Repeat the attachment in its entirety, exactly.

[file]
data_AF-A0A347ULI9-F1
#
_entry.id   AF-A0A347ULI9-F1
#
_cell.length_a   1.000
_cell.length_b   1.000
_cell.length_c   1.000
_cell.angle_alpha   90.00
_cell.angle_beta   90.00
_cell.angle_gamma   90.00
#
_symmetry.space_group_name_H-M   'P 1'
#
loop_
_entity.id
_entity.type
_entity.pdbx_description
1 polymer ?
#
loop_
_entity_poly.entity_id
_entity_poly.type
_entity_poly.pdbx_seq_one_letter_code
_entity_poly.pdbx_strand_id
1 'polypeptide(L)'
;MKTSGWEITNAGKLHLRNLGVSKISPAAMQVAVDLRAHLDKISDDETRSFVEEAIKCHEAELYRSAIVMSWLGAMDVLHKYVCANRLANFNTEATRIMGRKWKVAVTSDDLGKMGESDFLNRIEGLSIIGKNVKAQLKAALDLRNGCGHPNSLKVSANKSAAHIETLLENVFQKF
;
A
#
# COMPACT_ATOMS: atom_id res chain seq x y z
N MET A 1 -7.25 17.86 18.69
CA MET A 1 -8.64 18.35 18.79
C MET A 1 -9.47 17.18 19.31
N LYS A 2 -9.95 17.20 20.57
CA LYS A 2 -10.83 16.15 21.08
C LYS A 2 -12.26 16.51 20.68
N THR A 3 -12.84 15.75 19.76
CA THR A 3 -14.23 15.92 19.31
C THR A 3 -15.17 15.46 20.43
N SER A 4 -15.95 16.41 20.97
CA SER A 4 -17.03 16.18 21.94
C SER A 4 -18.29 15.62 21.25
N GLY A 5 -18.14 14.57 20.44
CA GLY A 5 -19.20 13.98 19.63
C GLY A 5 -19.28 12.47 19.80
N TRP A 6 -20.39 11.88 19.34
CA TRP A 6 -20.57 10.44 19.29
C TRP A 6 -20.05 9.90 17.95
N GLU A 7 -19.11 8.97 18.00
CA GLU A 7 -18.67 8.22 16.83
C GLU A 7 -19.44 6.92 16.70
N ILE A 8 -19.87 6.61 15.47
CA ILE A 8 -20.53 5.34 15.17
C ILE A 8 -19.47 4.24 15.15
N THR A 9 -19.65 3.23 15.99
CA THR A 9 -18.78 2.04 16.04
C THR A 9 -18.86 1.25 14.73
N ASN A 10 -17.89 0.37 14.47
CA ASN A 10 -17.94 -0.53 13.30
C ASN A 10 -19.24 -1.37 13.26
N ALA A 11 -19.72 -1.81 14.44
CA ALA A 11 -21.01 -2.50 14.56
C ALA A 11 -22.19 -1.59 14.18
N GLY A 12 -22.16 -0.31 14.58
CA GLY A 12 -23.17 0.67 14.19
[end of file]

data_AF-A0A347ULI9-F1
#
_entry.id   AF-A0A347ULI9-F1
#
_cell.length_a   1.000
_cell.length_b   1.000
_cell.length_c   1.000
_cell.angle_alpha   90.00
_cell.angle_beta   90.00
_cell.angle_gamma   90.00
#
_symmetry.space_group_name_H-M   'P 1'
#
loop_
_entity.id
_entity.type
_entity.pdbx_description
1 polymer ?
#
loop_
_entity_poly.entity_id
_entity_poly.type
_entity_poly.pdbx_seq_one_letter_code
_entity_poly.pdbx_strand_id
1 'polypeptide(L)'
;MKTSGWEITNAGKLHLRNLGVSKISPAAMQVAVDLRAHLDKISDDETRSFVEEAIKCHEAELYRSAIVMSWLGAMDVLHKYVCANRLANFNTEATRIMGRKWKVAVTSDDLGKMGESDFLNRIEGLSIIGKNVKAQLKAALDLRNGCGHPNSLKVSANKSAAHIETLLENVFQKF
;
A
#
# COMPACT_ATOMS: atom_id res chain seq x y z
N MET A 1 -7.25 17.86 18.69
CA MET A 1 -8.64 18.35 18.79
C MET A 1 -9.47 17.18 19.31
N LYS A 2 -9.95 17.20 20.57
CA LYS A 2 -10.83 16.15 21.08
C LYS A 2 -12.26 16.51 20.68
N THR A 3 -12.84 15.75 19.76
CA THR A 3 -14.23 15.92 19.31
C THR A 3 -15.17 15.46 20.43
N SER A 4 -15.95 16.41 20.97
CA SER A 4 -17.03 16.18 21.94
C SER A 4 -18.29 15.62 21.25
N GLY A 5 -18.14 14.57 20.44
CA GLY A 5 -19.20 13.98 19.63
C GLY A 5 -19.28 12.47 19.80
N TRP A 6 -20.39 11.88 19.34
CA TRP A 6 -20.57 10.44 19.29
C TRP A 6 -20.05 9.90 17.95
N GLU A 7 -19.11 8.97 18.00
CA GLU A 7 -18.67 8.22 16.83
C GLU A 7 -19.44 6.92 16.70
N ILE A 8 -19.87 6.61 15.47
CA ILE A 8 -20.53 5.34 15.17
C ILE A 8 -19.47 4.24 15.15
N THR A 9 -19.65 3.23 15.99
CA THR A 9 -18.78 2.04 16.04
C THR A 9 -18.86 1.25 14.73
N ASN A 10 -17.89 0.37 14.47
CA ASN A 10 -17.94 -0.53 13.30
C ASN A 10 -19.24 -1.37 13.26
N ALA A 11 -19.72 -1.81 14.44
CA ALA A 11 -21.01 -2.50 14.56
C ALA A 11 -22.19 -1.59 14.18
N GLY A 12 -22.16 -0.31 14.58
CA GLY A 12 -23.17 0.67 14.19